“Our dining hall and kitchen have stopped using coal or natural gas, and switched to induction cookers, which are safer, produce less lampblack and smoke, and cut our energy consumption cost by half,” said Lai Yong, an executive of a hot pot restaurant in Chengdu, capital of southwest China’s Sichuan province. Lai is very satisfied with the decision to replace the cooking stoves of the restaurant with induction cookers.

More than 10,000 hot pot restaurants in Chengdu are using electric cooking appliances, accounting for about 70 percent of the total number of hot pot restaurants in the city.

These hot pot restaurants with electric cookers have effectively advanced the development of clean and low-carbon energy of the city, as they consume approximately 837 million kWh of electricity a year, which means they reduce over 710,000 tonnes of carbon dioxide emissions for the city every year.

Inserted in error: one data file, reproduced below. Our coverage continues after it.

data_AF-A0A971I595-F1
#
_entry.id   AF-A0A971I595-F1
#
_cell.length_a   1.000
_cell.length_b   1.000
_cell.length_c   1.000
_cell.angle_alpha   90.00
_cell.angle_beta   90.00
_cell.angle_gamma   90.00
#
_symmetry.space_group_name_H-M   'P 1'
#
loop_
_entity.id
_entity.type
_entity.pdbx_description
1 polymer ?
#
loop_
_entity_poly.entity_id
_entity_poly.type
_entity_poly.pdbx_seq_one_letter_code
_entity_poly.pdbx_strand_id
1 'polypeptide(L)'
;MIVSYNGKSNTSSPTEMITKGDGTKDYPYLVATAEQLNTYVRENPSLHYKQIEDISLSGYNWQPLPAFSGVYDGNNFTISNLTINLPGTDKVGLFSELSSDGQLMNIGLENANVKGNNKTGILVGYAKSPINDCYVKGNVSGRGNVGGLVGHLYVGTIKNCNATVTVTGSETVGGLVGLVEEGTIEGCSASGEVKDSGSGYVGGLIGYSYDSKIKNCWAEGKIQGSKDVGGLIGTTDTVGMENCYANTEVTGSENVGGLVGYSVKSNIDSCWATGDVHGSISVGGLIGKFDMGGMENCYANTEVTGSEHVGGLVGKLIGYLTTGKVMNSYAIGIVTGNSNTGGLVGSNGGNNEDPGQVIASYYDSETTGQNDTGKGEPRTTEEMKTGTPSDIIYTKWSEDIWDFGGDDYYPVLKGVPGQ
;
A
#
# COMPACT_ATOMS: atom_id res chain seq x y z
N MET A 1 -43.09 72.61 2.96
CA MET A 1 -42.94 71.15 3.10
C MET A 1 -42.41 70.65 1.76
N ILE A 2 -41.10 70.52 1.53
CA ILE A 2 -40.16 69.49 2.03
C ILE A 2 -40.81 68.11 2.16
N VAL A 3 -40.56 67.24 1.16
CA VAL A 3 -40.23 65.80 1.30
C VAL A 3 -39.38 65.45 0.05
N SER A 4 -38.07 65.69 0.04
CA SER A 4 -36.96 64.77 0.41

In fact, many cities in China have taken active measures to promote the replacement of traditional energy with electricity in key sectors and industries, comprehensively improve resource use efficiency and facilitate the country’s energy revolution.

South China’s Guangdong province has come up with the idea of establishing a budget-management system for energy consumption to strictly regulate the launch of energy-intensive projects.

The southern island province of Hainan plans to add 25,000 new energy vehicles (NEVs) to the city, start building a world NEV experience center, and make sure the combined floor area of prefabricated buildings in the province reach 17 million square meters this year.

In addition, Shaanxi province in northwest China is intensifying efforts to promote eco-friendly products, such as NEVs, green building materials, energy-efficient home appliances and efficient lighting products.

Smart restaurants give dining more fun

Smart restaurants, which offer a dining experience characterized by partly automated operations that eliminate the need for human waiters and waitresses, have continued to flourish across China as an up-and-coming business model.

Photo taken on Jan. 15, 2020 shows the dish delivery robot working at a smart restaurant in Guangzhou, capital of south China’s Guangdong Province. (Xinhua/Deng Hua)